My life is full of stops and starts. Starting out from a station with four platforms in the morning, I welcome people of all shapes and sizes, a few dogs, bicycles and luggage in all shapes and colours. Sometimes I wonder how I put up with the noise. My engine is noisy, I know. But the passengers! Some of them have ear-phones with noise going straight into their lug-holes. Others are excited to be travelling with friends and talk animatedly, getting louder and louder as the train fills up.
Weekends are the noisiest. Take this one in July as an example. There were the usual stops and starts, surges of people going to visit friends and family in some of the villages, hikers setting off on their weekend walks from beautiful places, shoppers going to the larger places. Then it all began to be too much of a good thing. More people had been getting on than getting off. My two coaches still had a few empty seats, but out of each pair of seats, at least one was occupied.
A platform at a pretty village was busy. A few people climbed down from my four doors. There were far more waiting to climb inside. A party of little girls holding hands in pairs expected to find seats together. Their adult friends accompanied them onto the train. Not much room. Some passengers moved round, so that the girls could sit together. The adults remained standing.
Another station, more bodies (living ones, I mean). A tunnel. “High, low,” goes my horn. Out into the light I come, slowing into a station. Oh, my… All those people.
Fortunately quite a number are heading for the carnival here today. The ones waiting climb aboard.
My conductor has given up trying to move along the centre of the coaches, checking tickets and collecting fares. Hardly any stations on this line are manned or have ticket machines. All he can do is operate the doors and try to keep the passengers safe as they enter and leave.
Who are those women in uniform? They look very official. Aircraft cabin crew? No. There are RAF-style uniforms, yellow uniforms, other costumes and lots of makeup. Some people are applying more as they travel. They are entertainers – a dance troupe heading to a carnival farther along the line. I can hear them chatting to another passenger, who was as mystified as I was about their gear.
I call at more little stations and one of the main ones. Oh, dear. Oh dear. It is very crowded. If I had arrived empty, I’d be leaving full. But I’ve arrived full. What now?
Good. A large group of adult and junior rugby players are headed for this town. And some shoppers. I’ve heard there is a good shopping centre here now with lots of chain stores and some independent shops. I have to take the passengers word for it. I can’t leave my tracks and find out for myself.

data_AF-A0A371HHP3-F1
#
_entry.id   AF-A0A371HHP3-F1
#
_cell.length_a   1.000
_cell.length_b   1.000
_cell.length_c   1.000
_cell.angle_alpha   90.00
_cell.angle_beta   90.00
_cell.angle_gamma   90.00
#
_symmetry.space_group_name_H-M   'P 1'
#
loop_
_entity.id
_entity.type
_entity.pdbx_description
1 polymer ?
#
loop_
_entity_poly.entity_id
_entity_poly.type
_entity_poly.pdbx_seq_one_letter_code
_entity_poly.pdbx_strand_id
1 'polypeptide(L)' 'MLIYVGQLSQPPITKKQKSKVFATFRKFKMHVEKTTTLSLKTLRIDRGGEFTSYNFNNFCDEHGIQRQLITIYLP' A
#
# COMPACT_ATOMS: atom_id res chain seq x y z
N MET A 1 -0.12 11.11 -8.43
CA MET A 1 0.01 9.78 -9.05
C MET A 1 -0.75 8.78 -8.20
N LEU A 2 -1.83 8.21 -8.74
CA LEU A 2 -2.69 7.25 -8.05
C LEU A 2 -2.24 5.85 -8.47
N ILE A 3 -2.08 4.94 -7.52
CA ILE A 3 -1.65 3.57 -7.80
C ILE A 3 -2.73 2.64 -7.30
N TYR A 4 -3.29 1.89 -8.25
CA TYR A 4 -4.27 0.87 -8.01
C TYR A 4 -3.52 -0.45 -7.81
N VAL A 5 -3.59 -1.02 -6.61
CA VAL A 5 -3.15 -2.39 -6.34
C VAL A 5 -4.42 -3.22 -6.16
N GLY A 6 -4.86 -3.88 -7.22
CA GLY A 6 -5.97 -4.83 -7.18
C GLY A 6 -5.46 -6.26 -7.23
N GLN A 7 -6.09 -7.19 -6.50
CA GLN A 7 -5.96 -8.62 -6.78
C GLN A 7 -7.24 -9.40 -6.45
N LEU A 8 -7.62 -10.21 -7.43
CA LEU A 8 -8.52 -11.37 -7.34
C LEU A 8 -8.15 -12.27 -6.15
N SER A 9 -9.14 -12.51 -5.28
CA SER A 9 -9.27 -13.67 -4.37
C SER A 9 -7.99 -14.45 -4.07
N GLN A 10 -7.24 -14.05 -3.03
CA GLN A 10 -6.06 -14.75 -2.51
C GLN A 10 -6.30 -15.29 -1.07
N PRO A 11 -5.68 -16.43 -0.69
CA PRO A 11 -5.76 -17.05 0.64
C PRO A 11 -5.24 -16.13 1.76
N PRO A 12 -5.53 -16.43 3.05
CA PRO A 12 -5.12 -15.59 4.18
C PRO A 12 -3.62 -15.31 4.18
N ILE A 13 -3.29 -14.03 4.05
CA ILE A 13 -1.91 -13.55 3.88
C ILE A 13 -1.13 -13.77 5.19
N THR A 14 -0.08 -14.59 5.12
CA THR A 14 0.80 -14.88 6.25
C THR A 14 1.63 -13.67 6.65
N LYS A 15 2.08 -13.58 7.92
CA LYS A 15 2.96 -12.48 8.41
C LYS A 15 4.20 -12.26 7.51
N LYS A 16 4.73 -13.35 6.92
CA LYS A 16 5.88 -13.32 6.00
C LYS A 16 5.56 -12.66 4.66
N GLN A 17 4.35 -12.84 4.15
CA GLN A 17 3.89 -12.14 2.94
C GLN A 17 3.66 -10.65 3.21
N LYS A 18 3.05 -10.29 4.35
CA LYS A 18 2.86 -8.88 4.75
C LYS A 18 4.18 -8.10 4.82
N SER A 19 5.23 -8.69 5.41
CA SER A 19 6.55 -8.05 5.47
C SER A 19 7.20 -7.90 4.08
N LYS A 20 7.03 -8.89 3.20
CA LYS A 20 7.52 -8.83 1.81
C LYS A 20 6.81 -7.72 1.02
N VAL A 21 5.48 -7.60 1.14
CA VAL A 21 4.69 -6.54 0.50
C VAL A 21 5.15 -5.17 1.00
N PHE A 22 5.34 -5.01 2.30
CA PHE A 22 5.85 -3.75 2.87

What a crush! They’ve all managed to pile in. Those entertainers are relieved that some more of their number have come on board. They might have had to wait for them to come by bus. Whatever next?
The next station is the one for the other carnival. The dance troupe musters its forces and begins to pass the standees in the aisle. They alight from the front of the train and have to walk along the platform to the exit. Not much delay here. How a train is supposed to run to time, when loading and unloading takes so long, I cannot imagine. My conductor will have some explaining to do. He has targets to aim for; sometimes they are impossible to attain.
The track leads inland now and we pass fields and rivers. There are still more people joining the train than alighting at each station. Did someone say they are going to the races? And it’s a sunny day. That makes a difference to the number of shoppers and sight-seers. People with luggage and another train to catch travel regardless of the weather.
The conductor is at his wits’ end. The quiet little station with its floral decorations and its murals is over-populated. He walks along the train banging on the windows and indicating to the standing passengers that they need to squash up a bit. A man with a young dog was waiting for the train – or was he? Someone has given him a suitcase and off he goes on foot with it and the dog.
At the next station I wonder what the mature lady with her long-distance bike will decide to do. The panniers might have fitted in the bike area, but there is no room for her and the bike. There’s another train behind – almost an hour behind. And will it be full? And will it be full?
I heard that the train ahead of me took ill part way along. Did the passengers wait an hour or was a bus laid on? They never tell me. They never tell me.
Two more station stops and we’re there. “All change. Remember to take all your personal possessions with you.”
No apologies for the delay or the crush. I’ve got you there. What more can you expect at my age?